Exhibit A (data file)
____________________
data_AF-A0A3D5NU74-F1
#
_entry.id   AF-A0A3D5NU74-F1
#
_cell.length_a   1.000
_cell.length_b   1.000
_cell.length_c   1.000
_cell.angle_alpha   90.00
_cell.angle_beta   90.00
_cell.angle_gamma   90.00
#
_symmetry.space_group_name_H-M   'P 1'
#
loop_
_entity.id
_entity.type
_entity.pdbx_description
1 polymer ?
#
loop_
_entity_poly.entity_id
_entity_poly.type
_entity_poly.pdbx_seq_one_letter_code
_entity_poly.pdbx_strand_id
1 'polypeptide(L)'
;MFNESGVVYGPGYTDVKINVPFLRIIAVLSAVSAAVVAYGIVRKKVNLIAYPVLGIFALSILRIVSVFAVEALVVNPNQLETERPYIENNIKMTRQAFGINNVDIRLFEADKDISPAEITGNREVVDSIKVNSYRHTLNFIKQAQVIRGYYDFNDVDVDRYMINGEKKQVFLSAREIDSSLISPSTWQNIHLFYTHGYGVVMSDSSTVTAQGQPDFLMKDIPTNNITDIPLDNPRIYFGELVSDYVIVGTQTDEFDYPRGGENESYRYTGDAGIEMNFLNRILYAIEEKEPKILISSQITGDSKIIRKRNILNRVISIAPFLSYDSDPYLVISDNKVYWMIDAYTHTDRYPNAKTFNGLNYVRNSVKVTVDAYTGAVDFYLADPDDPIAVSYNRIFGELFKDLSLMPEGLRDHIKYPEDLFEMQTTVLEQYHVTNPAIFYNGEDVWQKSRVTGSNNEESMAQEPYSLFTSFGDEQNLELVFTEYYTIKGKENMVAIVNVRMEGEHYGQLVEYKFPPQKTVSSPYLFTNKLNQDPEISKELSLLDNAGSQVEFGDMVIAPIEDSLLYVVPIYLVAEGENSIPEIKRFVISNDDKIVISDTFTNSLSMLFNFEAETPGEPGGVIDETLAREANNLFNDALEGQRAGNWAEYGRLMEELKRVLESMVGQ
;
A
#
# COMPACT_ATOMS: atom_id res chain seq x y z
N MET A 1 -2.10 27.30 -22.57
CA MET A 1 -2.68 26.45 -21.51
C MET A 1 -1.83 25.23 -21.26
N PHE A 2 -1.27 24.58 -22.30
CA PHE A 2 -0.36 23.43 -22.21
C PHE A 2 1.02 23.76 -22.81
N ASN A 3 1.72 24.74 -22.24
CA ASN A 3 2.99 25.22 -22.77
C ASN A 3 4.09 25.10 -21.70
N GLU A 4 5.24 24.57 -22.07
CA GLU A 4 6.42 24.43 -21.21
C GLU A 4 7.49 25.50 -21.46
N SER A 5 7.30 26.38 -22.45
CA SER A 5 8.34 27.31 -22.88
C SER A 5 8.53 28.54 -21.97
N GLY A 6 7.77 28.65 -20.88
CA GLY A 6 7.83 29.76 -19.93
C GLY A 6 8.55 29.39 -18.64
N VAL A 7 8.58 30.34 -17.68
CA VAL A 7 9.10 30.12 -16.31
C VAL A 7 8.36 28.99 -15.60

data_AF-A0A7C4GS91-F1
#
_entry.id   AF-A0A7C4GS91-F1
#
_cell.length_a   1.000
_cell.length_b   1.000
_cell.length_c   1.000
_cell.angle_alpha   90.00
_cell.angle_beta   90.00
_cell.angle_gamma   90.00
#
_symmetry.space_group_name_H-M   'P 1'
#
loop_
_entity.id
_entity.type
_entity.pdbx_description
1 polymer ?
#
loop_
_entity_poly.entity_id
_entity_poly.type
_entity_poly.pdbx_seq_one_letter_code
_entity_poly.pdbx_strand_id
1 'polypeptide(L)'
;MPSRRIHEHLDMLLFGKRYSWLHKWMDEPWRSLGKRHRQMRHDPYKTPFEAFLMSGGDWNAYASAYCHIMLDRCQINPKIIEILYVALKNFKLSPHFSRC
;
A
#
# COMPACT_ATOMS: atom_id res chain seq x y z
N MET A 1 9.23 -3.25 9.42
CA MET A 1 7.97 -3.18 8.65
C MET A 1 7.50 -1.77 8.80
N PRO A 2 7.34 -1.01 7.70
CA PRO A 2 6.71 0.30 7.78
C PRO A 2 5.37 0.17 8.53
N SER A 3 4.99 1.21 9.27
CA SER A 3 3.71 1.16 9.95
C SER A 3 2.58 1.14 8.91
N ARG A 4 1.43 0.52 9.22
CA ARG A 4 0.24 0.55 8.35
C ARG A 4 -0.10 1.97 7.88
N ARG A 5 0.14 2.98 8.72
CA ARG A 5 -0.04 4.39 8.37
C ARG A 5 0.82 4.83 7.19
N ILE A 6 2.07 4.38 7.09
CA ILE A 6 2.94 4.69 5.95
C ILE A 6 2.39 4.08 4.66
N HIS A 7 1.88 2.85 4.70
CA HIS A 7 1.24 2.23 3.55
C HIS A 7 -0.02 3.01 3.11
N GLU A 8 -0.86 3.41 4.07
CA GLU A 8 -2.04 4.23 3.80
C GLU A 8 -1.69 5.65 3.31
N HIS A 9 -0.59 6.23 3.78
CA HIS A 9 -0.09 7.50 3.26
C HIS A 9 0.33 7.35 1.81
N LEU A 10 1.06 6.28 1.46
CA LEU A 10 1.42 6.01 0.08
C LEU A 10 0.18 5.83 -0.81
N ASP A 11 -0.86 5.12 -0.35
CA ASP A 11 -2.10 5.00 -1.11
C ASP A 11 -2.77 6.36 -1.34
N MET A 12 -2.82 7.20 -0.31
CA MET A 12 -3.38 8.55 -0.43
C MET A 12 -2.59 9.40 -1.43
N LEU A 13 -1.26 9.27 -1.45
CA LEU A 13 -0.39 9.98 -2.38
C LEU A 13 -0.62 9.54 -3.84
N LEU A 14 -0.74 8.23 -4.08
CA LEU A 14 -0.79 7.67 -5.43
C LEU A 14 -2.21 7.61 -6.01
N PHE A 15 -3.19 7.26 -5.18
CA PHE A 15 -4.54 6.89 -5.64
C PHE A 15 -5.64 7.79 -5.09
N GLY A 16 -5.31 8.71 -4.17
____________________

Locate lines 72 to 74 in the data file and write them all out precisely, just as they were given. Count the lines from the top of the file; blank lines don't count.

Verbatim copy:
_entity_poly.entity_id
_entity_poly.type
_entity_poly.pdbx_seq_one_letter_code